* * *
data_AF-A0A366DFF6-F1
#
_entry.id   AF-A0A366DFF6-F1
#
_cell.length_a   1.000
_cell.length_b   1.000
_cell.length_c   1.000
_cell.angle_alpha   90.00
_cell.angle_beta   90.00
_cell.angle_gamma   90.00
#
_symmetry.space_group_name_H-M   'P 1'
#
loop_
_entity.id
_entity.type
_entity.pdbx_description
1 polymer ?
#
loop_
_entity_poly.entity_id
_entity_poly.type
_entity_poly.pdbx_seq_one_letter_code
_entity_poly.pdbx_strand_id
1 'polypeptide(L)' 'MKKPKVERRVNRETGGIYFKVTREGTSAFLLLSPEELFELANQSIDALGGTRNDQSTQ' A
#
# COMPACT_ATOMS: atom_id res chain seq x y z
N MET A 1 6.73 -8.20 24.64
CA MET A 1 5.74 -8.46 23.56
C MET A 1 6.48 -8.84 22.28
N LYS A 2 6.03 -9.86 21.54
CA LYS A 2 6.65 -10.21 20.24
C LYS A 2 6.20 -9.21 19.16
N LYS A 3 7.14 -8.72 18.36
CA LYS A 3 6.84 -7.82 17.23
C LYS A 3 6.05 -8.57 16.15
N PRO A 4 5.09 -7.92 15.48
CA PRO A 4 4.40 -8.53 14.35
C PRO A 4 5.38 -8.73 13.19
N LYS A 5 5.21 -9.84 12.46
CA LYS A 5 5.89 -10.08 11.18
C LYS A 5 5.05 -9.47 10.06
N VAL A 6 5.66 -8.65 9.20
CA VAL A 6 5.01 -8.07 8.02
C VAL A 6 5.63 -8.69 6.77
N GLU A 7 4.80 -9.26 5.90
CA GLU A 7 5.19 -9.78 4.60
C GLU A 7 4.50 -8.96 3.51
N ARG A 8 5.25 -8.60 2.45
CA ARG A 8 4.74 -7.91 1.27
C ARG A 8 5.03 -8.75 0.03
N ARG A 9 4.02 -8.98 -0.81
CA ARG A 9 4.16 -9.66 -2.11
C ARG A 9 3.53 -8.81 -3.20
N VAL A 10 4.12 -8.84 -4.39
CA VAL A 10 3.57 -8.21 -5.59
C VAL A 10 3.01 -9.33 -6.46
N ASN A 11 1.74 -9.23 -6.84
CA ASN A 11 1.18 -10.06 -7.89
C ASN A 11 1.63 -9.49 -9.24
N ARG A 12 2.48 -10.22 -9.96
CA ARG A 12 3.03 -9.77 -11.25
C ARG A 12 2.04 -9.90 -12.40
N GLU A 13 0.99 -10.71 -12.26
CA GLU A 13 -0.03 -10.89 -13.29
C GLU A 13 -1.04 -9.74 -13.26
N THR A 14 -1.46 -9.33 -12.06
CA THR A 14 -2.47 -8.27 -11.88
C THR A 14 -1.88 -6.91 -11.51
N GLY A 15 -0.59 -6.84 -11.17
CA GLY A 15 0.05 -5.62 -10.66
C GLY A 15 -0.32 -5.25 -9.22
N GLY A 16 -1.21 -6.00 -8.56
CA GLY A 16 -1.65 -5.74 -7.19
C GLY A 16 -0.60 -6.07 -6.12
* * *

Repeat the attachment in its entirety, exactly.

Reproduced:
data_AF-A0A366DFF6-F1
#
_entry.id   AF-A0A366DFF6-F1
#
_cell.length_a   1.000
_cell.length_b   1.000
_cell.length_c   1.000
_cell.angle_alpha   90.00
_cell.angle_beta   90.00
_cell.angle_gamma   90.00
#
_symmetry.space_group_name_H-M   'P 1'
#
loop_
_entity.id
_entity.type
_entity.pdbx_description
1 polymer ?
#
loop_
_entity_poly.entity_id
_entity_poly.type
_entity_poly.pdbx_seq_one_letter_code
_entity_poly.pdbx_strand_id
1 'polypeptide(L)' 'MKKPKVERRVNRETGGIYFKVTREGTSAFLLLSPEELFELANQSIDALGGTRNDQSTQ' A
#
# COMPACT_ATOMS: atom_id res chain seq x y z
N MET A 1 6.73 -8.20 24.64
CA MET A 1 5.74 -8.46 23.56
C MET A 1 6.48 -8.84 22.28
N LYS A 2 6.03 -9.86 21.54
CA LYS A 2 6.65 -10.21 20.24
C LYS A 2 6.20 -9.21 19.16
N LYS A 3 7.14 -8.72 18.36
CA LYS A 3 6.84 -7.82 17.23
C LYS A 3 6.05 -8.57 16.15
N PRO A 4 5.09 -7.92 15.48
CA PRO A 4 4.40 -8.53 14.35
C PRO A 4 5.38 -8.73 13.19
N LYS A 5 5.21 -9.84 12.46
CA LYS A 5 5.89 -10.08 11.18
C LYS A 5 5.05 -9.47 10.06
N VAL A 6 5.66 -8.65 9.20
CA VAL A 6 5.01 -8.07 8.02
C VAL A 6 5.63 -8.69 6.77
N GLU A 7 4.80 -9.26 5.90
CA GLU A 7 5.19 -9.78 4.60
C GLU A 7 4.50 -8.96 3.51
N ARG A 8 5.25 -8.60 2.45
CA ARG A 8 4.74 -7.91 1.27
C ARG A 8 5.03 -8.75 0.03
N ARG A 9 4.02 -8.98 -0.81
CA ARG A 9 4.16 -9.66 -2.11
C ARG A 9 3.53 -8.81 -3.20
N VAL A 10 4.12 -8.84 -4.39
CA VAL A 10 3.57 -8.21 -5.59
C VAL A 10 3.01 -9.33 -6.46
N ASN A 11 1.74 -9.23 -6.84
CA ASN A 11 1.18 -10.06 -7.89
C ASN A 11 1.63 -9.49 -9.24
N ARG A 12 2.48 -10.22 -9.96
CA ARG A 12 3.03 -9.77 -11.25
C ARG A 12 2.04 -9.90 -12.40
N GLU A 13 0.99 -10.71 -12.26
CA GLU A 13 -0.03 -10.89 -13.29
C GLU A 13 -1.04 -9.74 -13.26
N THR A 14 -1.46 -9.33 -12.06
CA THR A 14 -2.47 -8.27 -11.88
C THR A 14 -1.88 -6.91 -11.51
N GLY A 15 -0.59 -6.84 -11.17
CA GLY A 15 0.05 -5.62 -10.66
C GLY A 15 -0.32 -5.25 -9.22
N GLY A 16 -1.21 -6.00 -8.56
CA GLY A 16 -1.65 -5.74 -7.19
C GLY A 16 -0.60 -6.07 -6.12